What are Magic Uses for Limestone?
Limestone is everywhere in Indiana, and no one thinks about it. It’s dull, with a pale and chalky appearance and it’s common as dirt. In some parts of the state, you can literally park off the side of the highway and pull fossils out of the layers of limestone already visible.
Why the hell is this? Millions of years ago, a warm, shallow sea covered parts of what would become the United States. The innumerable shells, corals, and bones of aquatic life fell to the ocean floor, accumulating over the millennia. The state of Indiana is nothing but loam and clay on top of a mass of shells and bones crushed by the burden of a glacier into one of the softest minerals there is.
Limestone is the remains of innumerable organisms crushed into a solid form by weight and time. There is so much calcium in limestone that it is crushed into a near powder and given to poultry as a supplement during their egg-laying years. Carved and used in architecture, it is nothing but the remains of creatures too long dead for us to really comprehend. They’re just in a different shape, now. Sometimes I think about this in the car, passing buildings with walls and floors made of the bones we dragged up from the earth. It’s not just a metaphor. I do wonder if, maybe, one day far after my death if I might join the masses of dead in limestone, too.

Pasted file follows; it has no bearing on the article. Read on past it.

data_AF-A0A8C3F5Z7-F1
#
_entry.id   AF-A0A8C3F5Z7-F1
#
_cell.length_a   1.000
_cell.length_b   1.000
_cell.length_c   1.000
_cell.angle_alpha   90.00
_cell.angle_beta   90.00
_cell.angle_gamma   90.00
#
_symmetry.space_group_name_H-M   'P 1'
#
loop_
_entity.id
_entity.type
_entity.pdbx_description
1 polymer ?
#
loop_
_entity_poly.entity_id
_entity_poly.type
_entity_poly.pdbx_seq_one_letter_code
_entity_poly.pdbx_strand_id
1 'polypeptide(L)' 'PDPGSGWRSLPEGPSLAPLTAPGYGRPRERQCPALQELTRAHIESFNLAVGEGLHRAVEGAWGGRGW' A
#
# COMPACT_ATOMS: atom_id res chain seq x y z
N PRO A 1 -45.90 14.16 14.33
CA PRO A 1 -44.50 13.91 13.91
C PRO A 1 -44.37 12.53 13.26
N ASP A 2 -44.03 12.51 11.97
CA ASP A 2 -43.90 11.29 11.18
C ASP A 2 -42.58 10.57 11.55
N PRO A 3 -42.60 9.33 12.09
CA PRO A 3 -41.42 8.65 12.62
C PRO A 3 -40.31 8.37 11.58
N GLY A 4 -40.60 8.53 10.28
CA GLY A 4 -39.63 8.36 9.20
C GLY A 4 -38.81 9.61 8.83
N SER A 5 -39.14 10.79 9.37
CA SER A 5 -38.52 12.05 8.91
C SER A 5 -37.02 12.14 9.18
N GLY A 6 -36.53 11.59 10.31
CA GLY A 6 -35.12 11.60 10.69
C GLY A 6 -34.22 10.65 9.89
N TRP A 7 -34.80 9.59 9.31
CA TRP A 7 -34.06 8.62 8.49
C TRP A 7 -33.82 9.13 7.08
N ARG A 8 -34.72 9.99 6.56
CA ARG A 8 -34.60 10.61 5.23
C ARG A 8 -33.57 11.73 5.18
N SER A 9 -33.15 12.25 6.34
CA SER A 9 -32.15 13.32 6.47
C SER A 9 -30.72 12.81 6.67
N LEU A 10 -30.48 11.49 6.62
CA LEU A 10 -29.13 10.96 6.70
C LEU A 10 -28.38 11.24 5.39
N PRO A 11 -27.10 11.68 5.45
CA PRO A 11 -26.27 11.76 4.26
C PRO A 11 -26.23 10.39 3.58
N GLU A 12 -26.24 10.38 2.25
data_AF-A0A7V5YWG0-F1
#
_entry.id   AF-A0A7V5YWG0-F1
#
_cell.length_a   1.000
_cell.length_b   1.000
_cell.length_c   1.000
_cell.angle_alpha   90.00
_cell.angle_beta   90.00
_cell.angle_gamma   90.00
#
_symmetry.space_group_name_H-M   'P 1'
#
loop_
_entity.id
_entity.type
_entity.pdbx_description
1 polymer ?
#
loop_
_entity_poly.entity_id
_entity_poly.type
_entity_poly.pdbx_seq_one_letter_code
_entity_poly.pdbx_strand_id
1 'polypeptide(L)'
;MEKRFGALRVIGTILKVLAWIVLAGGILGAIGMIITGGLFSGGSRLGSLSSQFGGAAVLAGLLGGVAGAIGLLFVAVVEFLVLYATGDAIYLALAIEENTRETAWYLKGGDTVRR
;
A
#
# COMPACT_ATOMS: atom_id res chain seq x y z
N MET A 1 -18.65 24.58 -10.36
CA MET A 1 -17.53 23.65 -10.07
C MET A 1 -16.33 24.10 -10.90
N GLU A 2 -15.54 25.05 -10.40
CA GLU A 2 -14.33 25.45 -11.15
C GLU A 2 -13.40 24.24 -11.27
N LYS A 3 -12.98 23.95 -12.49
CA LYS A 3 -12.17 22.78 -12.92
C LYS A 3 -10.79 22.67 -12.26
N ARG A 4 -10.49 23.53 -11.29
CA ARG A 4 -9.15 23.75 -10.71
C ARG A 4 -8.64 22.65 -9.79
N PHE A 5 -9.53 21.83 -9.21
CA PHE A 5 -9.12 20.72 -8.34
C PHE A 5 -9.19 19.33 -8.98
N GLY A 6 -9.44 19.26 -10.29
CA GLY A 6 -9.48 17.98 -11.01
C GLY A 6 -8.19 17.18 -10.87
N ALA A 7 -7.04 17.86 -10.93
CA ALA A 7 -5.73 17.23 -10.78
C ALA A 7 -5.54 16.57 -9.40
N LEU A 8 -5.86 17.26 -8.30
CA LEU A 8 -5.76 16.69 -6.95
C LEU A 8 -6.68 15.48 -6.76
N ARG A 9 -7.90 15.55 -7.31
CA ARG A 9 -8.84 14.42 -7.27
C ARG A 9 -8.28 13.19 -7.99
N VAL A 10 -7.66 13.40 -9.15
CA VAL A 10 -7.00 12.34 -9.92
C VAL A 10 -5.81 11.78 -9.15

Quarries also dot the state—more numerous than Starbucks in the suburbs. I grew up with many warnings against playing in limestone quarries—giant square holes raked into the earth that sometimes filled up with rain water and metal scrap too large or inconvenient to dispose of properly. I heard my fair share of tall tales about children getting caught in hidden rubbish, and drowning in those excavated tombs.
With a history like that, how can you not want a sample in your mineral collection?
In a land-locked area, Limestone could be a good alternative to locally found shells or other items of the sea. It may take some work, but I feel this mineral has a strong connection to water and the ocean. After all, it was in the ocean for a much longer period of time than it was under the earth. Good for the home and spells related to domestics, it is also good for health related spells. I wouldn’t be surprised if it was good for people with a weak emotional foundation or ‘bones’. What minerals are local to your area? Let me know in the comments below.